I’m flying to Seattle today! Yay! I’m going to Bumbershoot, a music festival in Seattle, and I’m also going to (surprise!) an international cat show. My gal pal Haylie and I are going to frolic and make flower chains for our hair and be generally delightful, so look forward to some fun posts about that!
My college town is small, conveniently located between a wheat field and another tiny town. But! There is an airport here (it’s an international airport, but the only thing international about it is the large amount of foreign exchange students getting ready to board my flight).
I hate flying. I get incredibly uncomfortable and nauseas while zooming a jillion feet above where I’m supposed to be (the ground) and typically have some inner ear issues. So I always come very prepared: everything in its baggies, laptop easily accessible to pull out, shoes easy to take off, no knives or explosives (I know this is surprising to you since I love to live dangerously). The TSA agent at the front of the security line (there is one terminal and one security line in this airport, which is perfect for anxious flyers like me) complimented me on my organization, which was hilarious and adorable and really nice all at the same time. And then I was selected for an “extra security screening” as I walked through the metal detector.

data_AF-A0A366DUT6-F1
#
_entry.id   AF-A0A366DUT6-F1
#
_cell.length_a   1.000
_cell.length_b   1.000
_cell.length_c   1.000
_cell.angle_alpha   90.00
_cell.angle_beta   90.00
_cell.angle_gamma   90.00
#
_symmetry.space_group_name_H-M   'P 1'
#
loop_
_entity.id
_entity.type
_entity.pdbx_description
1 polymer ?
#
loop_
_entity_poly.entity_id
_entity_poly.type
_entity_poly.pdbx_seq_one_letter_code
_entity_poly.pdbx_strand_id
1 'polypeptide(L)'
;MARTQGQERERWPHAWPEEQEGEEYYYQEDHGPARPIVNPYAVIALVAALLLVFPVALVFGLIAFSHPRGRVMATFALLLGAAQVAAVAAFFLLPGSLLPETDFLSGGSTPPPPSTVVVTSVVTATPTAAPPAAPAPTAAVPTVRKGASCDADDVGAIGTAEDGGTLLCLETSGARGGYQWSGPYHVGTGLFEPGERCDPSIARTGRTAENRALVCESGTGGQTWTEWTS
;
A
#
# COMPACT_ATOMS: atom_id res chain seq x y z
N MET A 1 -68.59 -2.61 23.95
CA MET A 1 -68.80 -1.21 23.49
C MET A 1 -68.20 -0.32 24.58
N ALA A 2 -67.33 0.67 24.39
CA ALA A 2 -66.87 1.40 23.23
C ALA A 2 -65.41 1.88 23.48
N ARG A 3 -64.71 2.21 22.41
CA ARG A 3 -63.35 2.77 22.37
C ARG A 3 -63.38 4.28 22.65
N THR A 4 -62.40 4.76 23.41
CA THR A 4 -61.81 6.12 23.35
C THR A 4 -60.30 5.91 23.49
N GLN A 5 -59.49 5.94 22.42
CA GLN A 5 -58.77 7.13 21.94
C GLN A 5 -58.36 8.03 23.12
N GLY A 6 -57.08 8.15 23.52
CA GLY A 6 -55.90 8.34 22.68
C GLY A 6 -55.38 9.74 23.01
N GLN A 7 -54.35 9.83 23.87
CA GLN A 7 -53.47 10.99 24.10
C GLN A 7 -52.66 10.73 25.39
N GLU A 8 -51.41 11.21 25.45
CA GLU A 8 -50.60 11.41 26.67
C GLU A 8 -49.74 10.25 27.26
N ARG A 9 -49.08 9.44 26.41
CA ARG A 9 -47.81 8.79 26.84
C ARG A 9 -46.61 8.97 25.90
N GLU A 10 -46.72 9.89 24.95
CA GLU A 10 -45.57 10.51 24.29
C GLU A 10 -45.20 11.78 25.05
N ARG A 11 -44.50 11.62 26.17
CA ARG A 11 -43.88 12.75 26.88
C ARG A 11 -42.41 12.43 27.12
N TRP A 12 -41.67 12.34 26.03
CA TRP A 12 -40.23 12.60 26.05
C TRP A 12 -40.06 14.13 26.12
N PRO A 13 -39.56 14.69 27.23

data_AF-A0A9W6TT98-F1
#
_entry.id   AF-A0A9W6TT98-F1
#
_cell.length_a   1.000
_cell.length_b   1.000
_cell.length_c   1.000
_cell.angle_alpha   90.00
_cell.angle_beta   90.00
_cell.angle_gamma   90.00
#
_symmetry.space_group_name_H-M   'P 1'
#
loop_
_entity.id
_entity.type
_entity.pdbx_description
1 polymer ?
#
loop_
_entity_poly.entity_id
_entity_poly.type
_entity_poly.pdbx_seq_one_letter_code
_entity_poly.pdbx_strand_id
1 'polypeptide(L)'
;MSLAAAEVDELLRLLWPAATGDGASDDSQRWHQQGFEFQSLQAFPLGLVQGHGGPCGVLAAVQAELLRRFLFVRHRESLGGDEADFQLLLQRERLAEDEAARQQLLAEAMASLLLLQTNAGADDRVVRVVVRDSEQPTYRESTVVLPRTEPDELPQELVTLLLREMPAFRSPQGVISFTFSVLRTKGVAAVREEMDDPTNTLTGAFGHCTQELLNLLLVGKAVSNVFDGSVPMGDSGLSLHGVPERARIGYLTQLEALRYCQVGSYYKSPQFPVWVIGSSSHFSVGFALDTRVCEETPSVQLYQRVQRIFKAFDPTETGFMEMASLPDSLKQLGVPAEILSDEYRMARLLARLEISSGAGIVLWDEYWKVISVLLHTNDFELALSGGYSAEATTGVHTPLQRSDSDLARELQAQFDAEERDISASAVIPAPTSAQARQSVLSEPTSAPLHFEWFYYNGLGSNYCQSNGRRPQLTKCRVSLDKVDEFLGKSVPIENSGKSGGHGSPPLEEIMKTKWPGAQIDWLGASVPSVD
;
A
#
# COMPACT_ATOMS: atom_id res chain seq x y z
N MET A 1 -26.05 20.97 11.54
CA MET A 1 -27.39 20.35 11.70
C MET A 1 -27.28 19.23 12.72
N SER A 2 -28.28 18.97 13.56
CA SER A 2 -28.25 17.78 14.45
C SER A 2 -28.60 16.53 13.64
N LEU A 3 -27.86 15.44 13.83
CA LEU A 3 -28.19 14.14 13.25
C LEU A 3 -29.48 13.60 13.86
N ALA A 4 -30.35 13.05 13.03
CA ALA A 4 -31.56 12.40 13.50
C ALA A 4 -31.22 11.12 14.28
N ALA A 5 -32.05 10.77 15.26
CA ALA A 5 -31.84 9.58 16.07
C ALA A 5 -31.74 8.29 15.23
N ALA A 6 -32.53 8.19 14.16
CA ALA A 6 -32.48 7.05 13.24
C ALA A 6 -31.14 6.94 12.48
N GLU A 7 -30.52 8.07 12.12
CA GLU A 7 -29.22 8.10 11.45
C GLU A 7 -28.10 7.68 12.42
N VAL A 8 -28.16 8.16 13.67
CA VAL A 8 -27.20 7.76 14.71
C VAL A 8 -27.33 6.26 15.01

I got a pat down, y’all! And it was honestly a rather pleasant experience. Hold up, before you get the wrong idea here, it was pleasant because the lady was so nice. She explained everything in detail (back of the hands while going over my butt, thank you very much) and…I don’t know, it wasn’t uncomfortable like people always say it is. Everyone complains about TSA agents, but I think today I might’ve fallen in love with all of them (at this baby airport anyway).
But even in large cities they’re usually at least pleasant. I flew out of Maui a few years ago and the guy told me my name was beautiful. In Oakland, they were the happiest TSA bunch I’ve ever seen — I felt like I was in the midst of the Seven Dwarves.
Anyway, the moral of this story is: I was randomly selected for a pat down and it seemed like I’d won a prize or something. So cheers, TSA, you’re doing it right!